A photographer who captured Coventry's post-war recovery has died at the age of 92.
Richard Sadler lived through the German bombing of the city and documented the rebuilding of the cathedral.
Dr Ben Kyneswood, of Coventry University, said he was "probably Coventry's pre-eminent post-war photographer".
Sadler captured ordinary life around the city and the poverty that remained, despite Coventry's post-war boom.
Jason Scott Tilley from Coventry's Photo Archive Miners group, described him as "theatrical" an "extrovert" and "one of these characters who came out of that booming city after the war and made a name for himself".
He said Sadler was special because he was a perfectionist. Dr Kyneswood added that because he was a fine art photographer by trade, he was taught to take one photograph at a time and spent a lot of time framing his photos before he took them.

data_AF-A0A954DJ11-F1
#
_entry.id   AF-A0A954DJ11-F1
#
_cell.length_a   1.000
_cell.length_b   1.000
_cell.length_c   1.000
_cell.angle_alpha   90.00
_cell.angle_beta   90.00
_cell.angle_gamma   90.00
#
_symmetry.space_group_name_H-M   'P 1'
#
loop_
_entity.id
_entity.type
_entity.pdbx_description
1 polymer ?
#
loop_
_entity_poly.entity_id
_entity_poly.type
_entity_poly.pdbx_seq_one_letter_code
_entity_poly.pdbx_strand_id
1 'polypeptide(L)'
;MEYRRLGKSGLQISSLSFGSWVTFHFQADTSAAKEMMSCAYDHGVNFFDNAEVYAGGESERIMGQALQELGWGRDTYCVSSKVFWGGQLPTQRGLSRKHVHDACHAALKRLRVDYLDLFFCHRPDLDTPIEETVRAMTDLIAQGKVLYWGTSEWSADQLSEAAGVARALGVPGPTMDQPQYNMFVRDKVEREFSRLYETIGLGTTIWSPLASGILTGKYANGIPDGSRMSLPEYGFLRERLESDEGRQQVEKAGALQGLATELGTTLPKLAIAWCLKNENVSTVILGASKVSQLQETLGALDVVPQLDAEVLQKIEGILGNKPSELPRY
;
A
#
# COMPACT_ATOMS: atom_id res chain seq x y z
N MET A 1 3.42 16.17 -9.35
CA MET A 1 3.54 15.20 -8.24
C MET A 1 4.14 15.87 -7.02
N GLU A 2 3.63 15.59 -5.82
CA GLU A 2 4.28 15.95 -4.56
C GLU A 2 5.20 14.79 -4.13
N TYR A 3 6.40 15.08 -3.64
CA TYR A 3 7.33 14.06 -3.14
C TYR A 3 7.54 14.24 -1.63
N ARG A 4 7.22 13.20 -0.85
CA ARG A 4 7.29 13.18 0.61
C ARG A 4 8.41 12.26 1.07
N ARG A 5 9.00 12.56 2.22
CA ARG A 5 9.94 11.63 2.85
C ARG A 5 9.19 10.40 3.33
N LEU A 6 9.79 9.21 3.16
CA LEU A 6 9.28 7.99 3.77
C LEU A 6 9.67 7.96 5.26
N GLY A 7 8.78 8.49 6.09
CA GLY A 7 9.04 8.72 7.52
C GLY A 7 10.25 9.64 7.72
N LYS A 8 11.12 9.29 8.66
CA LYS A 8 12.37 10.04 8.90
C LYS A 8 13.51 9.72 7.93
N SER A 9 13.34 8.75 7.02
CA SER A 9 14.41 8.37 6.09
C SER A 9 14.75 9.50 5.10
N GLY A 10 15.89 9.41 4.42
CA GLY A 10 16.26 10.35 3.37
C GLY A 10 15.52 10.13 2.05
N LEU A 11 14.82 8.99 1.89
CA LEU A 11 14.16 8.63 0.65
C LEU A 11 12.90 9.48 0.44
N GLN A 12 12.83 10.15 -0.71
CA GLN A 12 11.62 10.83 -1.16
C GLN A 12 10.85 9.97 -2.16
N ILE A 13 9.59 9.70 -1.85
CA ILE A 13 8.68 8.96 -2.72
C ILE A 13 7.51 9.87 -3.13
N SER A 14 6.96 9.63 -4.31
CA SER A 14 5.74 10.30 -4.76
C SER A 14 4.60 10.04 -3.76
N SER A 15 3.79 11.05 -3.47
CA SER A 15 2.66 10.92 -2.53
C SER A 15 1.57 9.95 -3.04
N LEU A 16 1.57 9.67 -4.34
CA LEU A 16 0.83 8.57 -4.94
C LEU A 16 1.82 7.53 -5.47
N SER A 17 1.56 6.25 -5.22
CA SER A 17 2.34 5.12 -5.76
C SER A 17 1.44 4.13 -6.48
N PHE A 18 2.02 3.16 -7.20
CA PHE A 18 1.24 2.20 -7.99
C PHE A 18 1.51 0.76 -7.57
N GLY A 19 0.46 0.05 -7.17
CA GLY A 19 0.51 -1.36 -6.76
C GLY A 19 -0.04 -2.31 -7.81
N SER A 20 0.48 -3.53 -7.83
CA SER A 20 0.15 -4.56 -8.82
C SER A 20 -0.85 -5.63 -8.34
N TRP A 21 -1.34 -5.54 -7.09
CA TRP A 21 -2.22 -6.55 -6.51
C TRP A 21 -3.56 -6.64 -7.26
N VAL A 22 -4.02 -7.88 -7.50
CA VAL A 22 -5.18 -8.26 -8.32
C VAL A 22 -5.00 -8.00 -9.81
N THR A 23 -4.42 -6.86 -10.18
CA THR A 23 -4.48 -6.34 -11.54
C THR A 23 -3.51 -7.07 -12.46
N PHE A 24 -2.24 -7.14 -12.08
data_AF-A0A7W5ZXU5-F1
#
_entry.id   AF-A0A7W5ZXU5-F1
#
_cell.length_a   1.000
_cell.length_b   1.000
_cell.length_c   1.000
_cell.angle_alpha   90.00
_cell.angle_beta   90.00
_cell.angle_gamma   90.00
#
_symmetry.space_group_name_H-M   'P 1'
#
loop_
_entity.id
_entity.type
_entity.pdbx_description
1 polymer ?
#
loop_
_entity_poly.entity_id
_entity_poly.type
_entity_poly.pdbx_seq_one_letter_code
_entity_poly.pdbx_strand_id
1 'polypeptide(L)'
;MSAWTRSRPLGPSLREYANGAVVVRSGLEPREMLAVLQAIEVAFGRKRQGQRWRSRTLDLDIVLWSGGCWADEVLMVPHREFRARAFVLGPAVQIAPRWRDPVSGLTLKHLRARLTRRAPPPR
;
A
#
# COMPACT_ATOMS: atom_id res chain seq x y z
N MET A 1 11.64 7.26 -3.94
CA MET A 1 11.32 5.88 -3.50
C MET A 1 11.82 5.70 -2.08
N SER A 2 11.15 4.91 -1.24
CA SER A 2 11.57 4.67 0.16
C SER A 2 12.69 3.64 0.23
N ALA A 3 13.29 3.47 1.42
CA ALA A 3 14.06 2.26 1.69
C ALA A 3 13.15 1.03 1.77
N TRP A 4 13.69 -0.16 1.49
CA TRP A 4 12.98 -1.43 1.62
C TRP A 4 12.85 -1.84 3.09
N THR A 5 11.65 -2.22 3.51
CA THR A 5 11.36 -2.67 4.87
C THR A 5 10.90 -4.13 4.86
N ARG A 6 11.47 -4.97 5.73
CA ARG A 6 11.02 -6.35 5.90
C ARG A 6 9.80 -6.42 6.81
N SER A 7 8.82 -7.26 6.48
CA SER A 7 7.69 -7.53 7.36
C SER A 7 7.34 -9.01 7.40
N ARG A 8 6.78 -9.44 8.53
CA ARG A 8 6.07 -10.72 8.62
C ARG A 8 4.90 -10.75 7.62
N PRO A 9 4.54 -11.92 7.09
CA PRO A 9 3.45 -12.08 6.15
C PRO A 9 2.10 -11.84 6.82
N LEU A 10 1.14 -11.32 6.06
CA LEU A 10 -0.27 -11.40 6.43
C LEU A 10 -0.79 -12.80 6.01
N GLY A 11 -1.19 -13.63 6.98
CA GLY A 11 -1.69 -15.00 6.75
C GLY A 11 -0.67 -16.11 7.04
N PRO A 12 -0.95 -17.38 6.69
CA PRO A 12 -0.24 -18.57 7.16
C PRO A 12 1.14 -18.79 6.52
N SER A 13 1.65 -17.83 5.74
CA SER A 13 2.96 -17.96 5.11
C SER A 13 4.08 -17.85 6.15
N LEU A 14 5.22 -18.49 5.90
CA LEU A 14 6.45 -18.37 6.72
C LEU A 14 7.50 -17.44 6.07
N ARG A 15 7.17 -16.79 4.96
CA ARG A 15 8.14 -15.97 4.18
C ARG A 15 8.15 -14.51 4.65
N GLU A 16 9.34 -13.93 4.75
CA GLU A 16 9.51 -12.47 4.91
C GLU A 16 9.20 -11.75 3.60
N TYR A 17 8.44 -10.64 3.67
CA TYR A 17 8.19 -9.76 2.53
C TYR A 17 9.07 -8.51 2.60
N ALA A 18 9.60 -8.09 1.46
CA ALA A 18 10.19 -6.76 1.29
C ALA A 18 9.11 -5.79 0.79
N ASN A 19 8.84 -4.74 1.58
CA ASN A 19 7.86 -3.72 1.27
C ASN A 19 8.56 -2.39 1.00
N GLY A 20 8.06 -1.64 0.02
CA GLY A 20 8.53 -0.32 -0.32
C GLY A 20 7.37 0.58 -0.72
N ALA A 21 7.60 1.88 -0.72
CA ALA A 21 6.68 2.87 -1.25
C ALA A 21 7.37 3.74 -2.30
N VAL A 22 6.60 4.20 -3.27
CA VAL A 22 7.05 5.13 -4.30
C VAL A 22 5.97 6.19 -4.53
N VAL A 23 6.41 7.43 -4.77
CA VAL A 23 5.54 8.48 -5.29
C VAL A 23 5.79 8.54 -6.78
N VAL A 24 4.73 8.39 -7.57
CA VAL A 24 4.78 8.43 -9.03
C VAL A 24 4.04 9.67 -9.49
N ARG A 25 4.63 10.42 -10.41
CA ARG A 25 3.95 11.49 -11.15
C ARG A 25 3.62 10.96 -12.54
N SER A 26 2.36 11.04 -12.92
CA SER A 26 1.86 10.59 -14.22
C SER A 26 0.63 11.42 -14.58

Michael Pritchard from the British Photographic History website said Sadler was "one of British photography's important post-war figures".
His most famous image is of the American crime photographer Arthur Fellig, known as Weegee, who visited Coventry in 1963 to promote Zenith cameras.
Copies are held in major collections around the world and Dr Kyneswood explained that Weegee was known for his candid style and for getting right up close to the action, and that's mirrored in this photo.
In his 60-year career, he worked for many of the big local companies, including Jaguar, Wimpey, the University of Derby, Courtaulds, the Royal Shakespeare Company and the Belgrade Theatre.
He also worked with playwright John Wiles on 'Never Had it So Good', a social documentary about the city, performed at Coventry's Belgrade Theatre.
A body of Sadler's work has been digitized by Dr Kyneswood and colleagues as part of the Photo Miners project.
He died at his home in Monmouthshire after a short illness.